Reviewed By Collin Souter
Posted 12/20/02 00:18:14

"The Nicholas Cage we once knew and loved IS BACK!!!"
5 stars (Awesome)

Remember that scene in Spike Jonze’s “Being John Malkovich” where the chimpanzee had to try and find inner courage? The movie took a daring flashback to show the chimp’s inner psyche, to let us in on what cripples him (or was it a her? I don’t remember.) Suddenly, we left the confines of John Cusack’s and Cameron Diaz’s apartment only to be thrown into the jungles of Africa where the chimp suffered severe trauma as a result of seeing his/her family captured while the chimp sat helpless. Why did this scene exist? What does it have to do with anything? Screenwriter Charlie Kaufman instead asked ‘why not?’ Out of nowhere, a secondary character—maybe not even that—had been given one of the greatest gifts a screenwriter can give to his/her creation: Honest to goodness, sincere character development. And it only took 30 seconds.

“Adaptation,” also from writer Charlie Kaufman and director Spike Jonze, at first feels like a feature-length version of that very scenario. The whole of “Adaptation,” however, defies description and to try and sum up the movie with a single review seems pointless. But film criticism, among other things, is based on the ethic that art needs to be discussed and the more voices to throw into the mix, the better. People will be talking about this movie for years. Nothing I say about “Adaptation” will prepare you for it. The movie throws things at you that you must put together, but it will all make sense in the end.

So, let’s give this a try. “Adaptation” tells the story of Charlie Kaufman. Yes, the screenwriter, and if you think that a screenwriter writing about himself without even changing the names to protect the innocent seems too self-indulgent to be taken seriously, be aware ahead of time that the movie addresses this. Normally, you would be right in your assumption. I don’t think of this as self-indulgence. This is just a screenwriter cutting through the BS. (How weird is it that the next movie I would watch on the same day would be “Antwone Fisher,” a movie about Antwone Fisher, written by Antwone Fisher?)

Okay, so this story is about Charlie Kaufman, played by Nicholas Cage, trying to write a screenplay adaptation of a book titled The Orchid Thief written by Susan Orlean (Meryl Streep). Charlie can’t hack it. He doesn’t want to write a straightforward narrative Hollywood piece, but on the other hand, he doesn’t want to be weird either, like his last movie “Being John Malkovich.” Being socially inept, he can’t bring himself to meet the author face-to-face. God forbid he should have to attend one of those wretched screenwriting seminars, highly recommended to him by his slightly dense screenwriter-wannabe brother, Donald, also played by Nicholas Cage.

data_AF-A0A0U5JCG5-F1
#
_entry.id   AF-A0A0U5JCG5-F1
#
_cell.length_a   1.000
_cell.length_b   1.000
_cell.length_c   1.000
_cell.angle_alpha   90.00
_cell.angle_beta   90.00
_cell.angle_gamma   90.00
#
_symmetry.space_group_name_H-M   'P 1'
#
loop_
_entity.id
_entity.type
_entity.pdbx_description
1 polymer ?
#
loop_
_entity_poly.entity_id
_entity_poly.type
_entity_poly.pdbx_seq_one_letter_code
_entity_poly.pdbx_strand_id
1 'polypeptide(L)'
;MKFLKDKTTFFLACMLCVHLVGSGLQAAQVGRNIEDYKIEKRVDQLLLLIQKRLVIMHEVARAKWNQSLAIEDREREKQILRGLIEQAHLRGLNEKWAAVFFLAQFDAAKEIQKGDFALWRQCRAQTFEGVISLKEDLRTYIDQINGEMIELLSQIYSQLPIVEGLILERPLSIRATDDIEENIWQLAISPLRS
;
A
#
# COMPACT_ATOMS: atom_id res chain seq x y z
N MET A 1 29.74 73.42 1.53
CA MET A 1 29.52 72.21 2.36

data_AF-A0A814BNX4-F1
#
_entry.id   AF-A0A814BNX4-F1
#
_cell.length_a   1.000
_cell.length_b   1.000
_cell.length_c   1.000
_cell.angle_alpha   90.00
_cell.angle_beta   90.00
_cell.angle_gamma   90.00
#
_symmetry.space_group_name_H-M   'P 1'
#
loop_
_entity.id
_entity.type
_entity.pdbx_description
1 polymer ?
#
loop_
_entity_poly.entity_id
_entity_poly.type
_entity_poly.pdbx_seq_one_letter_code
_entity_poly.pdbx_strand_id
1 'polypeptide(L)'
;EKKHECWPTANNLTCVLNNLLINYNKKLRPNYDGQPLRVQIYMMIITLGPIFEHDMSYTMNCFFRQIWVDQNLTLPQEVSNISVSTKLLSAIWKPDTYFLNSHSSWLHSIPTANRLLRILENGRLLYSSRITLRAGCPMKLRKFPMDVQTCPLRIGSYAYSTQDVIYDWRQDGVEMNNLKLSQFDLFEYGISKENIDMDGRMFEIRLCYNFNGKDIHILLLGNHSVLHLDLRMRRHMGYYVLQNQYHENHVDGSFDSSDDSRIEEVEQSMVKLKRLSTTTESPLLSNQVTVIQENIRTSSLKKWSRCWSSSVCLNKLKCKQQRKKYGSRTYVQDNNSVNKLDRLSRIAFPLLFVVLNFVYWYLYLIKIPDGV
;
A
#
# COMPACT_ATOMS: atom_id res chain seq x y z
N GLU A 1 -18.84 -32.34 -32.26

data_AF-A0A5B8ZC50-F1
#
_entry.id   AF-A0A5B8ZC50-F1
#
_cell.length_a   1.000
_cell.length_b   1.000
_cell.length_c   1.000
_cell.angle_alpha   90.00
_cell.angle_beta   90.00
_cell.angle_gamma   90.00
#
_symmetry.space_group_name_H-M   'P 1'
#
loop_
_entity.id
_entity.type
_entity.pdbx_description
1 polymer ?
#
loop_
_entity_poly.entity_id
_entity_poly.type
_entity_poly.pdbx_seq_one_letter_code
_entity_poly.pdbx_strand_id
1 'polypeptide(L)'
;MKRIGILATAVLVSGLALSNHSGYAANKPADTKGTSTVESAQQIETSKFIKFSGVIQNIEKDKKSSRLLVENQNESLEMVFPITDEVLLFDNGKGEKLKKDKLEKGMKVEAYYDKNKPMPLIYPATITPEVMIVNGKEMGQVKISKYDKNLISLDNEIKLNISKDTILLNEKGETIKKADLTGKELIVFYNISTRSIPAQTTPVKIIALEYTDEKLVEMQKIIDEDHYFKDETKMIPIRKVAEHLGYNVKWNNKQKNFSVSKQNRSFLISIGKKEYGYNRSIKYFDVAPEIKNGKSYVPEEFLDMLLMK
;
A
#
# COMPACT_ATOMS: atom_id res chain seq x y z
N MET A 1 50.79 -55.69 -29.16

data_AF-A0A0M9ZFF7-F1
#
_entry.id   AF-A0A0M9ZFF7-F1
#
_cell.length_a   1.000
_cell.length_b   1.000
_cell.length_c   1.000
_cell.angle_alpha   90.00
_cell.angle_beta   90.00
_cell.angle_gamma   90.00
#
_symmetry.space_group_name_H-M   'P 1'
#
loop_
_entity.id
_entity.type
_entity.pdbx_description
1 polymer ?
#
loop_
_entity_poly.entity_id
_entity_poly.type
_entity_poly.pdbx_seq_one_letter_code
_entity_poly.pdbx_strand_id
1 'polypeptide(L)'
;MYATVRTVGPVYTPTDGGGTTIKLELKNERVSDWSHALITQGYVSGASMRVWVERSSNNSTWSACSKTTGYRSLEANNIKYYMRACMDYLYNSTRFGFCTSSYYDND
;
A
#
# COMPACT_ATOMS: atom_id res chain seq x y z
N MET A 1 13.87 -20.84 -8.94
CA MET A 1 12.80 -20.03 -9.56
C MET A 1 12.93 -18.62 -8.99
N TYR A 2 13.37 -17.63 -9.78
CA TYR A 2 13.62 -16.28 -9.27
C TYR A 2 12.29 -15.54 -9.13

The movie also tells a parallel story about Susan and her quest to find what makes this story (if you can call it that) tick in the first place. She hooks up with John Laroche (Chris Cooper), a seemingly simple orchid enthusiast who continues to reveal layers of his personality to the point where we feel half-way through the movie that we’ve been had. He is quite the interesting character, full of sound and fury, signifying plenty. And he loves orchids. Susan finds this character as compelling as we do, and their search for orchids, as well as Kaufman’s search for that spark that will ignite the great American screenplay, is one of the most original and daring parallel storylines in many years.

Now, please don’t feel as though I just spoiled the movie for you. Again, that would be next to impossible and I wouldn’t have the room necessary on this page to attempt such a feat. I have basically given you the simplest possible outline. As for the rest, you’re on your own. While the movie doesn’t get quite as caught up in its own eccentricities or its densely-layered plot as “Being John Malkovich,” it is just as engaging, if not more so, and thought-provoking.

And I can’t even begin to tell you how happy I am to have Nicholas Cage back. The Nicholas Cage I knew and loved, the “Vampires Kiss”-“Raising Arizona”-“Moonstruck”-“Peggy Sue Got Married”-“Wild At Heart” Nicholas Cage. The one who made weird choices with his approach to character, the one who didn’t care about how buff he looked for the action scenes, the one who would play the high school sweetheart, but with a strange nasally drone. Cage is back and I couldn’t be happier, and he hasn’t been this good since, well, “Leaving Las Vegas,” which is also good Cage.

The same goes for Meryl Streep and Chris Cooper, who together ignite some strange chemistry, the likes of which you don’t see much. On one hand, it’s an old story where an upper-class New York intellectual falls for a backwoods, dirty hick, but the execution and the way in which Kaufman (the screenwriter, not the character) gives the romance its drive is anything but ordinary.

I realize the word “strange” has been popping up in this review quite often. “Adaptation” is strange, but in the best possible way. It will put off people who may be looking for entertainment along the lines of that Greek wedding movie. It is a movie to chew on and to see multiple times. The credits just ended an hour ago as I write this and I feel another viewing is in order, not because I missed something, but because it’s that good of a movie. Film critics and reviewers have to sit through a lot of junk and a movie as engrossing and hilarious as “Adaptation” tends to stick out from the flower bed, like a wild orchid coming into bloom amidst ordinary rows of store-bought petunias. Indeed, we have come quite a long way from the chimp.

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